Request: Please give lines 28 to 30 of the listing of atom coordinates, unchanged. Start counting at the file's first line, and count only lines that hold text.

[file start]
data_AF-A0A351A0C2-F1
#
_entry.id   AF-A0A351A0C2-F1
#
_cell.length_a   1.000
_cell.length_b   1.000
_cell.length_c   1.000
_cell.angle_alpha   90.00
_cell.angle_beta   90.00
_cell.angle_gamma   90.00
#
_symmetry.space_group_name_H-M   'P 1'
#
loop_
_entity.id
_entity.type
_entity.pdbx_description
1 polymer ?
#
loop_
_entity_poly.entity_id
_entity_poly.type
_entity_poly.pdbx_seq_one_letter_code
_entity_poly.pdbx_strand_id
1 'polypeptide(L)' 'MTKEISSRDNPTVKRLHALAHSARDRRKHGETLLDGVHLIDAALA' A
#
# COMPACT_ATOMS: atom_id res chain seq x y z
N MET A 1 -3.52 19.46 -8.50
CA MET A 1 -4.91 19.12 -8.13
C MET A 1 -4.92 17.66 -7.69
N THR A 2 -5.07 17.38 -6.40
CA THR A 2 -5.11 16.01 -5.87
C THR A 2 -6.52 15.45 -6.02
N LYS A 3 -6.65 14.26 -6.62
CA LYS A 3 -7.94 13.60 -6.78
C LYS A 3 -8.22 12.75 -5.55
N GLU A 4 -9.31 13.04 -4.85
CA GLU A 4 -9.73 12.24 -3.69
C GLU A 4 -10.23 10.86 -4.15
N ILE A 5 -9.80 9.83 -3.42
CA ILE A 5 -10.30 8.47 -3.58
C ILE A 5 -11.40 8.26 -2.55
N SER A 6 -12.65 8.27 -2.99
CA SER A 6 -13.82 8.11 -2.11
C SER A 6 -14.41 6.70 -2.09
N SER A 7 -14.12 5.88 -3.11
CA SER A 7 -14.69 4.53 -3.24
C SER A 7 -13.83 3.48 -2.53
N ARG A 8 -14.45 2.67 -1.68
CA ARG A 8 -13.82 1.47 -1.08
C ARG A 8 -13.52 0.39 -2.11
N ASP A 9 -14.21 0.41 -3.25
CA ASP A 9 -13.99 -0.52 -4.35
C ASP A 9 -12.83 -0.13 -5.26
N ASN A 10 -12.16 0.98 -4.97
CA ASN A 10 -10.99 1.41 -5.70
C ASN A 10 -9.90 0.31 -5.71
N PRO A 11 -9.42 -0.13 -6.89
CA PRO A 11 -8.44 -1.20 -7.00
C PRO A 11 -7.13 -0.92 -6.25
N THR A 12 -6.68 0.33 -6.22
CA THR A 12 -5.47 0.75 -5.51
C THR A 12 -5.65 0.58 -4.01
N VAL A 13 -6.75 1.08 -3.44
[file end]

N MET A 1 -3.52 19.46 -8.50
CA MET A 1 -4.91 19.12 -8.13
C MET A 1 -4.92 17.66 -7.69